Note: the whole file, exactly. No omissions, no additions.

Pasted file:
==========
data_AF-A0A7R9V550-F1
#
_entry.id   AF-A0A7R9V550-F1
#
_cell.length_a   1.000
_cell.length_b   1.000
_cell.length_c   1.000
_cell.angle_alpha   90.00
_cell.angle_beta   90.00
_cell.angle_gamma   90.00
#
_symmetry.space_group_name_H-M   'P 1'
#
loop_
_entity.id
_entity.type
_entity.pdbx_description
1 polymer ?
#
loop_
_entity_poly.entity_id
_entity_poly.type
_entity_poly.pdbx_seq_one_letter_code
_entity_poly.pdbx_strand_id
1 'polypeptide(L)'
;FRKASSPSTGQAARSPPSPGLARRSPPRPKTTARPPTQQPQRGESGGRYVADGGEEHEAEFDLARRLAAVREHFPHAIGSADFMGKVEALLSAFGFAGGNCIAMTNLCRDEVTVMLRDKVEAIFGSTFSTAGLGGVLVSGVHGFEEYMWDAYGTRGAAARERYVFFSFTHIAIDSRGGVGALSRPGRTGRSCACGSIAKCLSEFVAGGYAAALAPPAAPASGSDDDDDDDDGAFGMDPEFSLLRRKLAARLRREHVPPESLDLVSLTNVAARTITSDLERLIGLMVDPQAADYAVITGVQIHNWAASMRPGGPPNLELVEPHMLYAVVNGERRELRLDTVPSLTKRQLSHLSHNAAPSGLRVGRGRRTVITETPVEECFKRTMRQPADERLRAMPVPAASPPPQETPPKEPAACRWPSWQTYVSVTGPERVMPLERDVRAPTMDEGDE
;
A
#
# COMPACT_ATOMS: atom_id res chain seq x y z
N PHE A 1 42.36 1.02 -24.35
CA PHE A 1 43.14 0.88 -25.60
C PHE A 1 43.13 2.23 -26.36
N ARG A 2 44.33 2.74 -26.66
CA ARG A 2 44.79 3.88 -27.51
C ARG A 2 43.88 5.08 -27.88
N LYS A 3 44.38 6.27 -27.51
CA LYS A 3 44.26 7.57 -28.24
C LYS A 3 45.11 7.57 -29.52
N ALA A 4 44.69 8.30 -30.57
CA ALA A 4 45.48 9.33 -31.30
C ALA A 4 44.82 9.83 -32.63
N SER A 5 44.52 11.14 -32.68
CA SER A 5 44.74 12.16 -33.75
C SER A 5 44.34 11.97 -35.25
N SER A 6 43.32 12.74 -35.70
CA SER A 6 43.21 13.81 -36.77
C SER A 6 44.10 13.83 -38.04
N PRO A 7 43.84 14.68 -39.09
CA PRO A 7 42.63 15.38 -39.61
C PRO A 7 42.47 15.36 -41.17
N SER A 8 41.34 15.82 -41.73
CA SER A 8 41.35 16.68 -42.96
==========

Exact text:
data_AF-A0A7R9V550-F1
#
_entry.id   AF-A0A7R9V550-F1
#
_cell.length_a   1.000
_cell.length_b   1.000
_cell.length_c   1.000
_cell.angle_alpha   90.00
_cell.angle_beta   90.00
_cell.angle_gamma   90.00
#
_symmetry.space_group_name_H-M   'P 1'
#
loop_
_entity.id
_entity.type
_entity.pdbx_description
1 polymer ?
#
loop_
_entity_poly.entity_id
_entity_poly.type
_entity_poly.pdbx_seq_one_letter_code
_entity_poly.pdbx_strand_id
1 'polypeptide(L)'
;FRKASSPSTGQAARSPPSPGLARRSPPRPKTTARPPTQQPQRGESGGRYVADGGEEHEAEFDLARRLAAVREHFPHAIGSADFMGKVEALLSAFGFAGGNCIAMTNLCRDEVTVMLRDKVEAIFGSTFSTAGLGGVLVSGVHGFEEYMWDAYGTRGAAARERYVFFSFTHIAIDSRGGVGALSRPGRTGRSCACGSIAKCLSEFVAGGYAAALAPPAAPASGSDDDDDDDDGAFGMDPEFSLLRRKLAARLRREHVPPESLDLVSLTNVAARTITSDLERLIGLMVDPQAADYAVITGVQIHNWAASMRPGGPPNLELVEPHMLYAVVNGERRELRLDTVPSLTKRQLSHLSHNAAPSGLRVGRGRRTVITETPVEECFKRTMRQPADERLRAMPVPAASPPPQETPPKEPAACRWPSWQTYVSVTGPERVMPLERDVRAPTMDEGDE
;
A
#
# COMPACT_ATOMS: atom_id res chain seq x y z
N PHE A 1 42.36 1.02 -24.35
CA PHE A 1 43.14 0.88 -25.60
C PHE A 1 43.13 2.23 -26.36
N ARG A 2 44.33 2.74 -26.66
CA ARG A 2 44.79 3.88 -27.51
C ARG A 2 43.88 5.08 -27.88
N LYS A 3 44.38 6.27 -27.51
CA LYS A 3 44.26 7.57 -28.24
C LYS A 3 45.11 7.57 -29.52
N ALA A 4 44.69 8.30 -30.57
CA ALA A 4 45.48 9.33 -31.30
C ALA A 4 44.82 9.83 -32.63
N SER A 5 44.52 11.14 -32.68
CA SER A 5 44.74 12.16 -33.75
C SER A 5 44.34 11.97 -35.25
N SER A 6 43.32 12.74 -35.70
CA SER A 6 43.21 13.81 -36.77
C SER A 6 44.10 13.83 -38.04
N PRO A 7 43.84 14.68 -39.09
CA PRO A 7 42.63 15.38 -39.61
C PRO A 7 42.47 15.36 -41.17
N SER A 8 41.34 15.82 -41.73
CA SER A 8 41.35 16.68 -42.96